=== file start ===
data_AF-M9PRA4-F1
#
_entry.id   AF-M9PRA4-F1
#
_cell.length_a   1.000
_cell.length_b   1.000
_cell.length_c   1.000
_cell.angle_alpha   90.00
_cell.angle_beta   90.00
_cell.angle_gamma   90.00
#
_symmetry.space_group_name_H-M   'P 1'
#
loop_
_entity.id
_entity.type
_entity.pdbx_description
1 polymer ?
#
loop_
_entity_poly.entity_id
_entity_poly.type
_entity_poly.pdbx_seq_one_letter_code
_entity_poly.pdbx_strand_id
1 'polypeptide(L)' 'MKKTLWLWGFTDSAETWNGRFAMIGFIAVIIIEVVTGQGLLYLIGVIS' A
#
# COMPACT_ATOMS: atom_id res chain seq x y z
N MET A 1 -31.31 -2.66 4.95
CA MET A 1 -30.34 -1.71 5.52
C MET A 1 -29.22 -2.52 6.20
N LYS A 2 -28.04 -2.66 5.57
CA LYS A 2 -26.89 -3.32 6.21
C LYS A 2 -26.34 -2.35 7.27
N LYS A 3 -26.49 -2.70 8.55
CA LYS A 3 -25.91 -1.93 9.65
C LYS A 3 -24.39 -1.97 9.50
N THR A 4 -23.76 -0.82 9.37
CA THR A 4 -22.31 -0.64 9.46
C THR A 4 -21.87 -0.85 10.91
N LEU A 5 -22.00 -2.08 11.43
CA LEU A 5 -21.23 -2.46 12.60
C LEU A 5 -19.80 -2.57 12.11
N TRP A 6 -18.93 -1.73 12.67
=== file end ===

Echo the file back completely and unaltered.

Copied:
data_AF-M9PRA4-F1
#
_entry.id   AF-M9PRA4-F1
#
_cell.length_a   1.000
_cell.length_b   1.000
_cell.length_c   1.000
_cell.angle_alpha   90.00
_cell.angle_beta   90.00
_cell.angle_gamma   90.00
#
_symmetry.space_group_name_H-M   'P 1'
#
loop_
_entity.id
_entity.type
_entity.pdbx_description
1 polymer ?
#
loop_
_entity_poly.entity_id
_entity_poly.type
_entity_poly.pdbx_seq_one_letter_code
_entity_poly.pdbx_strand_id
1 'polypeptide(L)' 'MKKTLWLWGFTDSAETWNGRFAMIGFIAVIIIEVVTGQGLLYLIGVIS' A
#
# COMPACT_ATOMS: atom_id res chain seq x y z
N MET A 1 -31.31 -2.66 4.95
CA MET A 1 -30.34 -1.71 5.52
C MET A 1 -29.22 -2.52 6.20
N LYS A 2 -28.04 -2.66 5.57
CA LYS A 2 -26.89 -3.32 6.21
C LYS A 2 -26.34 -2.35 7.27
N LYS A 3 -26.49 -2.70 8.55
CA LYS A 3 -25.91 -1.93 9.65
C LYS A 3 -24.39 -1.97 9.50
N THR A 4 -23.76 -0.82 9.37
CA THR A 4 -22.31 -0.64 9.46
C THR A 4 -21.87 -0.85 10.91
N LEU A 5 -22.00 -2.08 11.43
CA LEU A 5 -21.23 -2.46 12.60
C LEU A 5 -19.80 -2.57 12.11
N TRP A 6 -18.93 -1.73 12.67